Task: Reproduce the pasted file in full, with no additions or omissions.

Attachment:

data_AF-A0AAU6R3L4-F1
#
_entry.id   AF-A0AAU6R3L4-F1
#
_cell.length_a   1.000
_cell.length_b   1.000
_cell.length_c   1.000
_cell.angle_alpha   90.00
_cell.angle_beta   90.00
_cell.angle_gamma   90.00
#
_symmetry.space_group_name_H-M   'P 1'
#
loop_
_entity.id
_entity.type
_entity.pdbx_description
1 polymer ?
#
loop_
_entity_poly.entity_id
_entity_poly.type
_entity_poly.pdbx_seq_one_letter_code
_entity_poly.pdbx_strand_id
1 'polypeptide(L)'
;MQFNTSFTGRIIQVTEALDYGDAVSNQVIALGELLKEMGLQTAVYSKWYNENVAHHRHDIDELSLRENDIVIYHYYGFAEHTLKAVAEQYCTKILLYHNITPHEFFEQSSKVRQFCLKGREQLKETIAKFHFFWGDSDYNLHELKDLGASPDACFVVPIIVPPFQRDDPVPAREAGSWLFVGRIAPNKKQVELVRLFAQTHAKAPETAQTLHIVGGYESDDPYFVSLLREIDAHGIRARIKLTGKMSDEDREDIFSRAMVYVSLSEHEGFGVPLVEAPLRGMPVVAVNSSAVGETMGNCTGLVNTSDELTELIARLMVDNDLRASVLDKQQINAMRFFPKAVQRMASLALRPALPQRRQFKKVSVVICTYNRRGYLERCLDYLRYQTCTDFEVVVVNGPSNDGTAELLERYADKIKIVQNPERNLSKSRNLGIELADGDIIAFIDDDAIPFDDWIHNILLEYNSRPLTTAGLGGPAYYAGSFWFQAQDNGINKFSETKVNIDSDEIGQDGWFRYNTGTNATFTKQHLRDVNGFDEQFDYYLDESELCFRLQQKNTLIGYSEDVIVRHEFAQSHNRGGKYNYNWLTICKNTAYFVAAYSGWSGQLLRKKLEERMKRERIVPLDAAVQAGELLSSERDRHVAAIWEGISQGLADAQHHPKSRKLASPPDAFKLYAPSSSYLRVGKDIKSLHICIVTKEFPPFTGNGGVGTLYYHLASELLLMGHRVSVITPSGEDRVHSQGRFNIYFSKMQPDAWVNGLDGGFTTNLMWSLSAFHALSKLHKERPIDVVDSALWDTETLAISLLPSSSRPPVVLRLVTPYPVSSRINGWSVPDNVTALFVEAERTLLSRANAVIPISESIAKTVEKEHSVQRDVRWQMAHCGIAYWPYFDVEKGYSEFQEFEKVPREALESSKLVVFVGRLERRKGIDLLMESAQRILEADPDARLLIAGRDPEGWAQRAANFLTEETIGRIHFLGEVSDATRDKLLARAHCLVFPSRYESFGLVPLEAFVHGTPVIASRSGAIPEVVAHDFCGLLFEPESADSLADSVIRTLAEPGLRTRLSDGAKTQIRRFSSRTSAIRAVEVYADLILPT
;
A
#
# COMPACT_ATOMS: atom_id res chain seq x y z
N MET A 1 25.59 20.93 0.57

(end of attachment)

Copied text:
data_AF-A0AAU6R3L4-F1
#
_entry.id   AF-A0AAU6R3L4-F1
#
_cell.length_a   1.000
_cell.length_b   1.000
_cell.length_c   1.000
_cell.angle_alpha   90.00
_cell.angle_beta   90.00
_cell.angle_gamma   90.00
#
_symmetry.space_group_name_H-M   'P 1'
#
loop_
_entity.id
_entity.type
_entity.pdbx_description
1 polymer ?
#
loop_
_entity_poly.entity_id
_entity_poly.type
_entity_poly.pdbx_seq_one_letter_code
_entity_poly.pdbx_strand_id
1 'polypeptide(L)'
;MQFNTSFTGRIIQVTEALDYGDAVSNQVIALGELLKEMGLQTAVYSKWYNENVAHHRHDIDELSLRENDIVIYHYYGFAEHTLKAVAEQYCTKILLYHNITPHEFFEQSSKVRQFCLKGREQLKETIAKFHFFWGDSDYNLHELKDLGASPDACFVVPIIVPPFQRDDPVPAREAGSWLFVGRIAPNKKQVELVRLFAQTHAKAPETAQTLHIVGGYESDDPYFVSLLREIDAHGIRARIKLTGKMSDEDREDIFSRAMVYVSLSEHEGFGVPLVEAPLRGMPVVAVNSSAVGETMGNCTGLVNTSDELTELIARLMVDNDLRASVLDKQQINAMRFFPKAVQRMASLALRPALPQRRQFKKVSVVICTYNRRGYLERCLDYLRYQTCTDFEVVVVNGPSNDGTAELLERYADKIKIVQNPERNLSKSRNLGIELADGDIIAFIDDDAIPFDDWIHNILLEYNSRPLTTAGLGGPAYYAGSFWFQAQDNGINKFSETKVNIDSDEIGQDGWFRYNTGTNATFTKQHLRDVNGFDEQFDYYLDESELCFRLQQKNTLIGYSEDVIVRHEFAQSHNRGGKYNYNWLTICKNTAYFVAAYSGWSGQLLRKKLEERMKRERIVPLDAAVQAGELLSSERDRHVAAIWEGISQGLADAQHHPKSRKLASPPDAFKLYAPSSSYLRVGKDIKSLHICIVTKEFPPFTGNGGVGTLYYHLASELLLMGHRVSVITPSGEDRVHSQGRFNIYFSKMQPDAWVNGLDGGFTTNLMWSLSAFHALSKLHKERPIDVVDSALWDTETLAISLLPSSSRPPVVLRLVTPYPVSSRINGWSVPDNVTALFVEAERTLLSRANAVIPISESIAKTVEKEHSVQRDVRWQMAHCGIAYWPYFDVEKGYSEFQEFEKVPREALESSKLVVFVGRLERRKGIDLLMESAQRILEADPDARLLIAGRDPEGWAQRAANFLTEETIGRIHFLGEVSDATRDKLLARAHCLVFPSRYESFGLVPLEAFVHGTPVIASRSGAIPEVVAHDFCGLLFEPESADSLADSVIRTLAEPGLRTRLSDGAKTQIRRFSSRTSAIRAVEVYADLILPT
;
A
#
# COMPACT_ATOMS: atom_id res chain seq x y z
N MET A 1 25.59 20.93 0.57